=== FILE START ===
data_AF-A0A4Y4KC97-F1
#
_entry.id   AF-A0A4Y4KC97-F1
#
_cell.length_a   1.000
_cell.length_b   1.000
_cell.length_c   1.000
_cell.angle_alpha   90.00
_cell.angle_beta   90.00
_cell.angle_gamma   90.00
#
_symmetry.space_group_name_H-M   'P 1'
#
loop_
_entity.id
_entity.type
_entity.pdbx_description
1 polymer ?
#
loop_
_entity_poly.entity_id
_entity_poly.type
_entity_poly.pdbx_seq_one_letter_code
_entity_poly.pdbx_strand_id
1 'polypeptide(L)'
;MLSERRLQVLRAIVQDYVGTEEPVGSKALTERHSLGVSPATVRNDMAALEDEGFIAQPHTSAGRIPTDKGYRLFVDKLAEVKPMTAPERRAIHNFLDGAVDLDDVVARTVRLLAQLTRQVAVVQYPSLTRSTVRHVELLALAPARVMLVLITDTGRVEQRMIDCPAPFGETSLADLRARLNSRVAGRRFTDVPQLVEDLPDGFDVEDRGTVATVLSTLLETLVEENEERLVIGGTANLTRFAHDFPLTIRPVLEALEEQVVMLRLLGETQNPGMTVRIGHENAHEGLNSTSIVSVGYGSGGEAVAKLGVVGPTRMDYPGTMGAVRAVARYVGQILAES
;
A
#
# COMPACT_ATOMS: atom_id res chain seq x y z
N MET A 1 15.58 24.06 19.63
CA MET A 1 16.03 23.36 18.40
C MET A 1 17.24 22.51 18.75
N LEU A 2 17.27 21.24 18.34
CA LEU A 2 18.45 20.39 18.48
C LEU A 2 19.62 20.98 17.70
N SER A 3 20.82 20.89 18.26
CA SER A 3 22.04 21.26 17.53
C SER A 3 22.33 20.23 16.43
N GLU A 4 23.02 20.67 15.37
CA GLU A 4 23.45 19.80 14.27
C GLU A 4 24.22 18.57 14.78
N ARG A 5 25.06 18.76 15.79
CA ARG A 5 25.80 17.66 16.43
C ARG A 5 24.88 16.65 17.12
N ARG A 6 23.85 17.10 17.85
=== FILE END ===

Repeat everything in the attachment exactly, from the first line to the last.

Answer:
data_AF-A0A4Y4KC97-F1
#
_entry.id   AF-A0A4Y4KC97-F1
#
_cell.length_a   1.000
_cell.length_b   1.000
_cell.length_c   1.000
_cell.angle_alpha   90.00
_cell.angle_beta   90.00
_cell.angle_gamma   90.00
#
_symmetry.space_group_name_H-M   'P 1'
#
loop_
_entity.id
_entity.type
_entity.pdbx_description
1 polymer ?
#
loop_
_entity_poly.entity_id
_entity_poly.type
_entity_poly.pdbx_seq_one_letter_code
_entity_poly.pdbx_strand_id
1 'polypeptide(L)'
;MLSERRLQVLRAIVQDYVGTEEPVGSKALTERHSLGVSPATVRNDMAALEDEGFIAQPHTSAGRIPTDKGYRLFVDKLAEVKPMTAPERRAIHNFLDGAVDLDDVVARTVRLLAQLTRQVAVVQYPSLTRSTVRHVELLALAPARVMLVLITDTGRVEQRMIDCPAPFGETSLADLRARLNSRVAGRRFTDVPQLVEDLPDGFDVEDRGTVATVLSTLLETLVEENEERLVIGGTANLTRFAHDFPLTIRPVLEALEEQVVMLRLLGETQNPGMTVRIGHENAHEGLNSTSIVSVGYGSGGEAVAKLGVVGPTRMDYPGTMGAVRAVARYVGQILAES
;
A
#
# COMPACT_ATOMS: atom_id res chain seq x y z
N MET A 1 15.58 24.06 19.63
CA MET A 1 16.03 23.36 18.40
C MET A 1 17.24 22.51 18.75
N LEU A 2 17.27 21.24 18.34
CA LEU A 2 18.45 20.39 18.48
C LEU A 2 19.62 20.98 17.70
N SER A 3 20.82 20.89 18.26
CA SER A 3 22.04 21.26 17.53
C SER A 3 22.33 20.23 16.43
N GLU A 4 23.02 20.67 15.37
CA GLU A 4 23.45 19.80 14.27
C GLU A 4 24.22 18.57 14.78
N ARG A 5 25.06 18.76 15.79
CA ARG A 5 25.80 17.66 16.43
C ARG A 5 24.88 16.65 17.12
N ARG A 6 23.85 17.10 17.85